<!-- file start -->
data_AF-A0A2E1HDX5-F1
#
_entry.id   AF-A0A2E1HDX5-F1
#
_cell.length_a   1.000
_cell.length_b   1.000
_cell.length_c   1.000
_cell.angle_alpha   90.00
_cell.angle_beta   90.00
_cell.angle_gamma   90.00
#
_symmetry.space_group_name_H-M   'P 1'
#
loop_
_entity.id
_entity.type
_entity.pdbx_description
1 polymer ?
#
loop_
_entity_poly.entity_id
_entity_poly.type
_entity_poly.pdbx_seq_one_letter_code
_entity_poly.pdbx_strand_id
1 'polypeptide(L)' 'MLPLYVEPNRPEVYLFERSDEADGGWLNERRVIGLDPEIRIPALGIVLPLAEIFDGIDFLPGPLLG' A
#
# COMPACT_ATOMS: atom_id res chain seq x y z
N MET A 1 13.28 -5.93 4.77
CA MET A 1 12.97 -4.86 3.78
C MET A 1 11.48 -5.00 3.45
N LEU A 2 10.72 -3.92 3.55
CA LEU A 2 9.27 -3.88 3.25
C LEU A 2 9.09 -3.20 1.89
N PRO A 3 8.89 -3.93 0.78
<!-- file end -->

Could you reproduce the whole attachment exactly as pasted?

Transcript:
data_AF-A0A2E1HDX5-F1
#
_entry.id   AF-A0A2E1HDX5-F1
#
_cell.length_a   1.000
_cell.length_b   1.000
_cell.length_c   1.000
_cell.angle_alpha   90.00
_cell.angle_beta   90.00
_cell.angle_gamma   90.00
#
_symmetry.space_group_name_H-M   'P 1'
#
loop_
_entity.id
_entity.type
_entity.pdbx_description
1 polymer ?
#
loop_
_entity_poly.entity_id
_entity_poly.type
_entity_poly.pdbx_seq_one_letter_code
_entity_poly.pdbx_strand_id
1 'polypeptide(L)' 'MLPLYVEPNRPEVYLFERSDEADGGWLNERRVIGLDPEIRIPALGIVLPLAEIFDGIDFLPGPLLG' A
#
# COMPACT_ATOMS: atom_id res chain seq x y z
N MET A 1 13.28 -5.93 4.77
CA MET A 1 12.97 -4.86 3.78
C MET A 1 11.48 -5.00 3.45
N LEU A 2 10.72 -3.92 3.55
CA LEU A 2 9.27 -3.88 3.25
C LEU A 2 9.09 -3.20 1.89
N PRO A 3 8.89 -3.93 0.78